This bridge connects the banks of the Danube and Margaret Island

The Margaret Bridge or Margit Bridge (Margit híd) was the second permanent bridge of Budapest. It was built between 1872 and 1876 by the company of French engineer Ernest Guin. The central part of the bridge has a branch line to Margit Island. It was named in honor of Princess Margit, daughter of Bela IV.

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Bridges of Budapest – #5 Arpad Bridge

Budapest Bridges - #5 Arpad Bridge

Árpada also captures part of Margaret Island

Arpad’s Bridge (Árpád híd) was named after the leader of the seven Hungarian tribes who came to the Carpathian Basin in the 9th century. It is not only the northernmost but also the longest and busiest of Budapest’s bridges. In 1939 the authorities decided that workers from Obuda should have easy access to all parts of the city, which was the reason for the need to build the bridge. However, work was delayed because of the Second World War, and the bridge was not completed until 1950. The bridge was named Stalin Bridge when it was opened.

Bridges of Budapest – #6 Petőfi Bridge

Budapest Bridges - #6 Petőfi Bridge

Continuing our look at Budapest’s bridges – the Pétőfi Bridge

The Petőfi Bridge (Petőfi híd), named after the revolutionary poet Sándor Petőfi, is perhaps the least inspiring of all Budapest bridges. It is located in the southern part of the city and is an important part of the transport infrastructure of Budapest. Until 1945, the bridge was named after Miklós Horthy, leader of the Hungarian right wing and “admiral without the sea”.

Budapest Bridges – #7 Rakoczi Bridge

Budapest Bridges - #7 Rakoczy Bridge

Rakoczi is a striking, modern bridge on the outskirts of Budapest

The Rakoczi Bridge (before 2011 it was called Ládmányosi) looks like a sort of red post. It is the southernmost of all Budapest bridges. The bridge was opened in 1995 and has special giant mirrors, which illuminate the road evenly from a height of 35 meters. On the Pest side of the bridge is the National Theater, which was built in 2001-2002.

Budapest Bridges – #8 Medieri Bridge

How many bridges in Budapest over the Danube - Medieri Bridge

Medieri is a beautiful bridge from the city’s recent history

The Medieri Bridge, a 21st century bridge, was opened only in 2008. Becoming part of the Budapest ring road, it made the city’s infrastructure even more convenient. However, travelers are unlikely to remember its name, you can not see it in the city center. But on the whole it is a modern cable-stayed bridge of Budapest, which cost Hungary about 300 million dollars. Even the choice of name for the Medieri Bridge was affected by the advent of a new era: it was tried to be determined by online voting. You won’t believe it, but American comedian Steven Colbert was in the lead – it was in honor of him that the citizens wanted to name the eighth bridge of Budapest.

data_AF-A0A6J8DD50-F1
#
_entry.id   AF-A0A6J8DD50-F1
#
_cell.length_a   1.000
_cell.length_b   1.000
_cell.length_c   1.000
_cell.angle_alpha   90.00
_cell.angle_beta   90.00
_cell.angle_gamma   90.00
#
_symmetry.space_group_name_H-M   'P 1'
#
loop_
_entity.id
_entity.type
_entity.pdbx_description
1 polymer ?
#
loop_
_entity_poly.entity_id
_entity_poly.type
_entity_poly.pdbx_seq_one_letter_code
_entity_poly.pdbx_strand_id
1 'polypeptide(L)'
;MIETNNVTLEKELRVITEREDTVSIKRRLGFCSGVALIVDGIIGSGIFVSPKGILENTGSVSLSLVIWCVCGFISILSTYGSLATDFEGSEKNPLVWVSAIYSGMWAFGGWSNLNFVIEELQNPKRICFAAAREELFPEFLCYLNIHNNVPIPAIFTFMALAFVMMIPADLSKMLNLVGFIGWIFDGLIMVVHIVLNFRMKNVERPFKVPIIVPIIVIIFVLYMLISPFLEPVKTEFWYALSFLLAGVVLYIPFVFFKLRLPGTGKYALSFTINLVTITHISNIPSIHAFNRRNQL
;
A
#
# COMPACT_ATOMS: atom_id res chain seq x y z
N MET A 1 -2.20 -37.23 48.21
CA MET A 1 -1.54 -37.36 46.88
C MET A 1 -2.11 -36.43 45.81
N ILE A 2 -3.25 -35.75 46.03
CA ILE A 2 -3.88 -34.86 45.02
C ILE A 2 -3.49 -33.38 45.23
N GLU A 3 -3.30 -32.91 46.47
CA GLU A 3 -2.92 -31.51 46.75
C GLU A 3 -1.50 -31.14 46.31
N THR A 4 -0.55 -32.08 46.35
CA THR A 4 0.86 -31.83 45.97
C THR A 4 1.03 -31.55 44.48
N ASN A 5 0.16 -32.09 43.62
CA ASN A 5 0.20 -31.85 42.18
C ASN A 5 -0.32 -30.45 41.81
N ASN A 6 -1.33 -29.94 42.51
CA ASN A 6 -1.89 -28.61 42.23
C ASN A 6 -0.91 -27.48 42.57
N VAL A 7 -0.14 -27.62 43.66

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The fate of the bridge was decided by the Hungarian legislation. According to the constitution, the object can be named only in honor of a worthy person, who speaks Hungarian. He was also dead.

Such fascinating stories keep in their solid construction bridges of Budapest. Some of them are beautiful and pathos, others are tragic, and some are comical! Choose one you like and admire one of the most beautiful cities in Europe from the middle of the Danube. And don’t forget to take a night boat trip to make a wish under each of the bridges.

Flight Schedule from Moscow to Budapest

Direct flights to Budapest by Ferenc Liszt Airport are available daily. Aeroflot (2-3 flights per day) and four times a week lowcoster Wizz Air fly directly to Budapest Airport. Ticket prices from Moscow to Budapest start from 6500 rubles. It takes more than two and a half hours to fly.

Bridges of Budapest

Budapest Bridges

Budapest is a place of interest for tourists in any city. Even the smallest bridge over the creek in a small town draws attention of travelers who happened to stroll there. What to say about the big bridges of the big cities? The grandiose structures in the capital, spanning the great Danube and dividing Budapest in two. And if there are dozens of them? ….

It’s not that easy to figure out. But we did. And we did. And we are happy to share with you the results of our investigation.

Building a bridge is always a huge expense. Financial, raw materials, physical … And in the case of Budapest, it is also historical. Often historical neighborhoods had to be rebuilt, old buildings had to be torn down or moved, to build a bridge. For example, during the construction of the Freedom Bridge, it was necessary to close the therapeutic mud baths on the Gellert Square, which had been faithfully serving the citizens for many decades. For the construction of the Erzsébet Bridge, the old Pest Town Hall had to be dismantled.